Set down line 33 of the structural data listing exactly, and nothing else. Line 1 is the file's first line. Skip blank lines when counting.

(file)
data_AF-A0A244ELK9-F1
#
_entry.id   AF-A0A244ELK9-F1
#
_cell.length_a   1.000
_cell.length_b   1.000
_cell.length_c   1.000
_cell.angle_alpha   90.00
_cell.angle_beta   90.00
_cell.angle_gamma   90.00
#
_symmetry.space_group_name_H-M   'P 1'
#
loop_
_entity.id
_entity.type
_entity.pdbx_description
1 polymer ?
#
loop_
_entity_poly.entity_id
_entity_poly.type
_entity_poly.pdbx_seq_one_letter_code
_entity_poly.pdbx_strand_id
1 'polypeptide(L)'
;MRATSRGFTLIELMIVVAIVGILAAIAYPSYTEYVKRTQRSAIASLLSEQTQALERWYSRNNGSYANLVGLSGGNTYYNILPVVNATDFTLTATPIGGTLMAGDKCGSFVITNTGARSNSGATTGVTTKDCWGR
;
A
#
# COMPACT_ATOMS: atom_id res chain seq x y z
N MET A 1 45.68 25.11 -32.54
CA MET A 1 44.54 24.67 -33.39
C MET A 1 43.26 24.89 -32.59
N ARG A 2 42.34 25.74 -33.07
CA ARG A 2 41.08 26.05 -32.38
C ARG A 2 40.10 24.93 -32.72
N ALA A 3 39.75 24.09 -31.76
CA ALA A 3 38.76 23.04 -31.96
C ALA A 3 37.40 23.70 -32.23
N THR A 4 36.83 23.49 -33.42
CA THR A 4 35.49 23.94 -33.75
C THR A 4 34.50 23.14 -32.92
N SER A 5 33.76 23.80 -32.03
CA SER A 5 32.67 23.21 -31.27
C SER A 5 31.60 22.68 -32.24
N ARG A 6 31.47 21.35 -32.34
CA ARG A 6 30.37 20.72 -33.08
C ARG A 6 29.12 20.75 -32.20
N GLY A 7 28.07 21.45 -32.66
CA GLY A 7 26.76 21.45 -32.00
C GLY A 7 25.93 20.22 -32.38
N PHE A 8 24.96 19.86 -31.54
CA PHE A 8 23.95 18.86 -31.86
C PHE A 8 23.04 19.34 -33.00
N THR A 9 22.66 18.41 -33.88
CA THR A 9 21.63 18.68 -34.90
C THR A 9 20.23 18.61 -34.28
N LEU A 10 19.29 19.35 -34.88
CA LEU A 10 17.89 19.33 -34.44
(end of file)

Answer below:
C MET A 1 43.26 24.89 -32.59